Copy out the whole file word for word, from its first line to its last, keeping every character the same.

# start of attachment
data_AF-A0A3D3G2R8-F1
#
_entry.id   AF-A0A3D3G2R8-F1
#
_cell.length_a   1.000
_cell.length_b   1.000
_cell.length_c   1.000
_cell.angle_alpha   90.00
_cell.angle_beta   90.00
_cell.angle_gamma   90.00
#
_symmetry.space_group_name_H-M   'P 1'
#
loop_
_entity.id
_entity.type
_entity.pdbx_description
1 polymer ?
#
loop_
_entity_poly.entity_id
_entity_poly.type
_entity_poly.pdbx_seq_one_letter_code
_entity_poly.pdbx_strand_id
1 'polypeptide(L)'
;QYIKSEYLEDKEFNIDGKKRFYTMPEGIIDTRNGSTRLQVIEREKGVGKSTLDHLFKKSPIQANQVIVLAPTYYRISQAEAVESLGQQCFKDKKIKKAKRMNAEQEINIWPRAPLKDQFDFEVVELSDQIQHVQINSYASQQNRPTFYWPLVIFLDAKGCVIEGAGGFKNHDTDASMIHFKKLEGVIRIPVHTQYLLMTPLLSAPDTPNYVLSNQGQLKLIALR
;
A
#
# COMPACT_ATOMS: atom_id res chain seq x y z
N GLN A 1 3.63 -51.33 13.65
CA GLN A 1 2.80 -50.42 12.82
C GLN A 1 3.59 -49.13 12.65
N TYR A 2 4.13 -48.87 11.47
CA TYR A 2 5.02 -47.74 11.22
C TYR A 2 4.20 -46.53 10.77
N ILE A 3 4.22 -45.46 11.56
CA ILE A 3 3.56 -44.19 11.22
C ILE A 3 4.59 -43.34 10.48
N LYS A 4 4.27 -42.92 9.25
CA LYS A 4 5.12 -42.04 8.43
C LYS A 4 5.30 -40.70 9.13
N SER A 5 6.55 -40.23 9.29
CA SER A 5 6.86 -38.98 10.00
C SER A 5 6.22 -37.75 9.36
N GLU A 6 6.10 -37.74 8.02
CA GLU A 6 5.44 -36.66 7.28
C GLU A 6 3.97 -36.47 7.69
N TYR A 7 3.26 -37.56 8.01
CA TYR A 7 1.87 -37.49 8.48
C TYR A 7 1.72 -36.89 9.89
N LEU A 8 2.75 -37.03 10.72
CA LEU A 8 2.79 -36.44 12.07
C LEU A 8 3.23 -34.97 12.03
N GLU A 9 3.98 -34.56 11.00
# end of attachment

data_AF-A0A3D3G2R8-F1
#
_entry.id   AF-A0A3D3G2R8-F1
#
_cell.length_a   1.000
_cell.length_b   1.000
_cell.length_c   1.000
_cell.angle_alpha   90.00
_cell.angle_beta   90.00
_cell.angle_gamma   90.00
#
_symmetry.space_group_name_H-M   'P 1'
#
loop_
_entity.id
_entity.type
_entity.pdbx_description
1 polymer ?
#
loop_
_entity_poly.entity_id
_entity_poly.type
_entity_poly.pdbx_seq_one_letter_code
_entity_poly.pdbx_strand_id
1 'polypeptide(L)'
;QYIKSEYLEDKEFNIDGKKRFYTMPEGIIDTRNGSTRLQVIEREKGVGKSTLDHLFKKSPIQANQVIVLAPTYYRISQAEAVESLGQQCFKDKKIKKAKRMNAEQEINIWPRAPLKDQFDFEVVELSDQIQHVQINSYASQQNRPTFYWPLVIFLDAKGCVIEGAGGFKNHDTDASMIHFKKLEGVIRIPVHTQYLLMTPLLSAPDTPNYVLSNQGQLKLIALR
;
A
#
# COMPACT_ATOMS: atom_id res chain seq x y z
N GLN A 1 3.63 -51.33 13.65
CA GLN A 1 2.80 -50.42 12.82
C GLN A 1 3.59 -49.13 12.65
N TYR A 2 4.13 -48.87 11.47
CA TYR A 2 5.02 -47.74 11.22
C TYR A 2 4.20 -46.53 10.77
N ILE A 3 4.22 -45.46 11.56
CA ILE A 3 3.56 -44.19 11.22
C ILE A 3 4.59 -43.34 10.48
N LYS A 4 4.27 -42.92 9.25
CA LYS A 4 5.12 -42.04 8.43
C LYS A 4 5.30 -40.70 9.13
N SER A 5 6.55 -40.23 9.29
CA SER A 5 6.86 -38.98 10.00
C SER A 5 6.22 -37.75 9.36
N GLU A 6 6.10 -37.74 8.02
CA GLU A 6 5.44 -36.66 7.28
C GLU A 6 3.97 -36.47 7.69
N TYR A 7 3.26 -37.56 8.01
CA TYR A 7 1.87 -37.49 8.48
C TYR A 7 1.72 -36.89 9.89
N LEU A 8 2.75 -37.03 10.72
CA LEU A 8 2.79 -36.44 12.07
C LEU A 8 3.23 -34.97 12.03
N GLU A 9 3.98 -34.56 11.00